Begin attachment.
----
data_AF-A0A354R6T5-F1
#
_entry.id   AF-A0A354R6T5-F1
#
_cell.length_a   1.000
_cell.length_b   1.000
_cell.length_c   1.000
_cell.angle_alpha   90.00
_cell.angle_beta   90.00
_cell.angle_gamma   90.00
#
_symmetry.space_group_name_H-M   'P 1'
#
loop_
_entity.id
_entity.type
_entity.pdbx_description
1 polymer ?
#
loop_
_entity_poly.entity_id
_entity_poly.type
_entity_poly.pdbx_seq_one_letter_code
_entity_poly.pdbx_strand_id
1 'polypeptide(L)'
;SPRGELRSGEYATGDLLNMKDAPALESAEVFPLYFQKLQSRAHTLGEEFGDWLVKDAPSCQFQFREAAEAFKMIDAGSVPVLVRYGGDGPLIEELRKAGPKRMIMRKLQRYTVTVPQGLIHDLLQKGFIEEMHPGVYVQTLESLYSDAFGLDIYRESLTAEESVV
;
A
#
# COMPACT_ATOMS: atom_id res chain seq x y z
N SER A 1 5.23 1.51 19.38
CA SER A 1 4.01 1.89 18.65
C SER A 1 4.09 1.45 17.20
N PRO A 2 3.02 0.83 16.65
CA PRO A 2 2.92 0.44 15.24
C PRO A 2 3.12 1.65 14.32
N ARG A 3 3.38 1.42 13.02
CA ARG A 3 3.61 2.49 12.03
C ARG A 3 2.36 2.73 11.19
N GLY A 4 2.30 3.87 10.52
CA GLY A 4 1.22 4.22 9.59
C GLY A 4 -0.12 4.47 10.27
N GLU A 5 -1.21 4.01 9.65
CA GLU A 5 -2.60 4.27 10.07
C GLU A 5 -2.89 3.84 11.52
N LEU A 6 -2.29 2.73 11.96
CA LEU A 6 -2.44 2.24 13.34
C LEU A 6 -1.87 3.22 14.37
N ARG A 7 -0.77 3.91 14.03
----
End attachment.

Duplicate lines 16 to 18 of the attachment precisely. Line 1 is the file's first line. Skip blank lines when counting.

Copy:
_entity.type
_entity.pdbx_description
1 polymer ?